Cameroon: Baka Pygmy Music CD
The Baka people inhabit the rain forests of Cameroon, the Republic of the Congo, the Central African Republic, and Gabon. Outcast from neighboring societies due to their short stature and nomadic lifestyle, the Baka have retained their own language and ancient forms of cultural expression.
Baka music is similar to other pygmy ethnic groups’ music around Africa, signified by polyphonic vocal choirs, with several melodies sung simultaneously, and polyrhythmic percussion. The “singing the song” is done by the women, while the men “march the song” (dance). The only musical accompaniment is percussion consisting of simple drums, rattles, and iron blades struck against each other.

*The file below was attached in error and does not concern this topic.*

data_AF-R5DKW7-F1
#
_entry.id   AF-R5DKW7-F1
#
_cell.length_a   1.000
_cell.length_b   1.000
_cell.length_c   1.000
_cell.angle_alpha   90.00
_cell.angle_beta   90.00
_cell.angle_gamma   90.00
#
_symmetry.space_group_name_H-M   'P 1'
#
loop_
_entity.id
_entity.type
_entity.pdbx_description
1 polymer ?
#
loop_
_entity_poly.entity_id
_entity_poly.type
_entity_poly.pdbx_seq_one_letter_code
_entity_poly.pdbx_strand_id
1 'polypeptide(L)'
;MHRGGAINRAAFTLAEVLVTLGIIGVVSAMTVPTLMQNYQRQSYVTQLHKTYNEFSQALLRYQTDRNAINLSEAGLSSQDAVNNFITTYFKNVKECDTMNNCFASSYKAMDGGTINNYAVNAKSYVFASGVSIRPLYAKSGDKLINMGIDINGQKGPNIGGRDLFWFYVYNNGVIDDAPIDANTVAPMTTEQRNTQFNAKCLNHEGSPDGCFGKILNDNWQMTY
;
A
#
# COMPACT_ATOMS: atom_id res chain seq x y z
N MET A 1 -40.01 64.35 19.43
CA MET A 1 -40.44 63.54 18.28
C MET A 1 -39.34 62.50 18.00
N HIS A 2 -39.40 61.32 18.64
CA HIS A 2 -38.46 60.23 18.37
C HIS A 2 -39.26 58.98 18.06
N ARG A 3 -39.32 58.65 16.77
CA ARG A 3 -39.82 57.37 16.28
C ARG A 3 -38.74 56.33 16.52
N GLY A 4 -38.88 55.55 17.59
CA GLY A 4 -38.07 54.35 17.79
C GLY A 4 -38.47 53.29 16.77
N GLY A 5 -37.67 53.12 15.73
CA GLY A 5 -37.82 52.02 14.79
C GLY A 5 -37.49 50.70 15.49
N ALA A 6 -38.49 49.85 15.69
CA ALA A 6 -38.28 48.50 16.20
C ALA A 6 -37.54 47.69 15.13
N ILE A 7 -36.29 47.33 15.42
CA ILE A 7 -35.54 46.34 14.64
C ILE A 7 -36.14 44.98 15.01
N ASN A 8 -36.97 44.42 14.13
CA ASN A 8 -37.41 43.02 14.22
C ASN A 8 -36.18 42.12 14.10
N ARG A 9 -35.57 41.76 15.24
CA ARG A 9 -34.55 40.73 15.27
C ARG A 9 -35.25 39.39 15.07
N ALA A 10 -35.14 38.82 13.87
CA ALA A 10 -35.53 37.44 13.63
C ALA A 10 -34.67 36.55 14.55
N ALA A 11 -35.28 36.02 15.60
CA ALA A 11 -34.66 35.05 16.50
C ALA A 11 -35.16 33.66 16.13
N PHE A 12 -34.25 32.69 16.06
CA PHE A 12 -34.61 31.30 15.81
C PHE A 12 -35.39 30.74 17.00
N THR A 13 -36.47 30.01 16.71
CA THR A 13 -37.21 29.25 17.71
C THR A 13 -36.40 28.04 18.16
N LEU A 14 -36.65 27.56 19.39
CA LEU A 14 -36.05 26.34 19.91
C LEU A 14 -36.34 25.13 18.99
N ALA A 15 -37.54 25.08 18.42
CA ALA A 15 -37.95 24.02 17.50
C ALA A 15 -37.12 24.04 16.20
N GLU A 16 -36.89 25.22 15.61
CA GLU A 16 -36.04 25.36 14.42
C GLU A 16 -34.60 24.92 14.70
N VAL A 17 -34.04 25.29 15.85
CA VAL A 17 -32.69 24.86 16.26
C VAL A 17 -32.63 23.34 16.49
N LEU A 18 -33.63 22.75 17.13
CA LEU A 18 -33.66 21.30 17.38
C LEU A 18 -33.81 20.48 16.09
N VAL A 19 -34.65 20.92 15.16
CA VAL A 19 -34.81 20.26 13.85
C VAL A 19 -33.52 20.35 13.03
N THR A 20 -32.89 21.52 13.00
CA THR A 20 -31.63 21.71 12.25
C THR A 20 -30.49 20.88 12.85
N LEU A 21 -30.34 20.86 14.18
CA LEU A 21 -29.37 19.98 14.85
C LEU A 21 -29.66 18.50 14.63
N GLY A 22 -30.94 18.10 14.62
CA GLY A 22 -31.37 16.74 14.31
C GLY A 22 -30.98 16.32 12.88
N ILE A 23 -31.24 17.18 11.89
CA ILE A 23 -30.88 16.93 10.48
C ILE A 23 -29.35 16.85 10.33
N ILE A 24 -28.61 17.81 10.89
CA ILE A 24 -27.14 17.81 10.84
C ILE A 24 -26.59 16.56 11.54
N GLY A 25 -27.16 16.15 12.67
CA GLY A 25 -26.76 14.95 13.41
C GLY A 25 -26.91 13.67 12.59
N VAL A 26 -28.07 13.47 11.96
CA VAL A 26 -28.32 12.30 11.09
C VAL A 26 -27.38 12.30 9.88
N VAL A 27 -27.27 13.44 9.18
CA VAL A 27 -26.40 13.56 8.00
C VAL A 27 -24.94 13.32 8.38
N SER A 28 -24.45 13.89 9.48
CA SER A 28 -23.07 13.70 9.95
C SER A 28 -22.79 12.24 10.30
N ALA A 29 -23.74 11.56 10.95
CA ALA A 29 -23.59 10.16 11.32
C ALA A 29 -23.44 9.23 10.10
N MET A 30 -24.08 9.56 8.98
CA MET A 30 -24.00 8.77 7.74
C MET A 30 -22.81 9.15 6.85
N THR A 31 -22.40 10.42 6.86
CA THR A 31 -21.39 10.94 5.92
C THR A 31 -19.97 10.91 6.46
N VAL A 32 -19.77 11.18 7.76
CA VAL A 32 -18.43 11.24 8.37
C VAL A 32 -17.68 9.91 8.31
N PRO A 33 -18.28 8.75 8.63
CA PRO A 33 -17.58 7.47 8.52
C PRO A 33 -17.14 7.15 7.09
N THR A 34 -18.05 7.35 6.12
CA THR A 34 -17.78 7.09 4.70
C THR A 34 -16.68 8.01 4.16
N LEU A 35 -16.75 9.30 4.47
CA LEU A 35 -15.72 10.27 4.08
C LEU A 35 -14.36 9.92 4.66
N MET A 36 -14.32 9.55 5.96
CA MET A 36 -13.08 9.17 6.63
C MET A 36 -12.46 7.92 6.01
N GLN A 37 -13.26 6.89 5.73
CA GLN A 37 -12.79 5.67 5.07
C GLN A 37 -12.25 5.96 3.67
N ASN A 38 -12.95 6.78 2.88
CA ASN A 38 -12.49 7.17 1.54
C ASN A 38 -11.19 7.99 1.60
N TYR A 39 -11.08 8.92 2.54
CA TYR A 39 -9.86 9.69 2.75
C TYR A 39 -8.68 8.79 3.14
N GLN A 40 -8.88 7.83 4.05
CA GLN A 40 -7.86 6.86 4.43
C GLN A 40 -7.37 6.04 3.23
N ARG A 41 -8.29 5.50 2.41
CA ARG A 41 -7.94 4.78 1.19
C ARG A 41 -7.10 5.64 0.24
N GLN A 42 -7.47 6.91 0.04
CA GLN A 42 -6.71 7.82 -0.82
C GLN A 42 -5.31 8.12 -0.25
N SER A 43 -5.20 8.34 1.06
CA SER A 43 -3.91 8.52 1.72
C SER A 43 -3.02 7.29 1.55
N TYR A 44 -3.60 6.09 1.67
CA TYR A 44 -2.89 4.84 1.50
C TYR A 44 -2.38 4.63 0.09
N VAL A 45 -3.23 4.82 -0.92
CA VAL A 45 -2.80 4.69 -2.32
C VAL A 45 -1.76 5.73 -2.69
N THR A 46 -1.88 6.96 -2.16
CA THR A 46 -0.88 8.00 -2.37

This mid-1970s recording was made by Simha Arom and Phillipe Renaud. Arom, a noted expert on the music of central Africa, also co-wrote the liner notes. In addition to this album, Arom’s recordings are featured on more than a dozen other albums in the UNESCO Collection of Traditional Music, including Musical Sources and Symphony of Nature.
This album is part of the UNESCO Collection of Traditional Music. More than 125 albums are being released by Smithsonian Folkways Recordings to make the series publicly available again, including more than a dozen never-released albums of musical traditions from around the globe.
1. Music for the Buma Dance - 4:52
2. Hut Song - 4:55
3. Orycterope & Pangolin - 4:08
4. Song for Gathering Mushrooms - 2:43
5. Song to Attract Game - 2:33
6. Music for the Nganga Dance - 4:49
7. Lullaby - 4:53
8. The "Water Drum" - 4:21
9. The Humming of the Bees - 7:50
10. Music for the Buma Dance - 6:23
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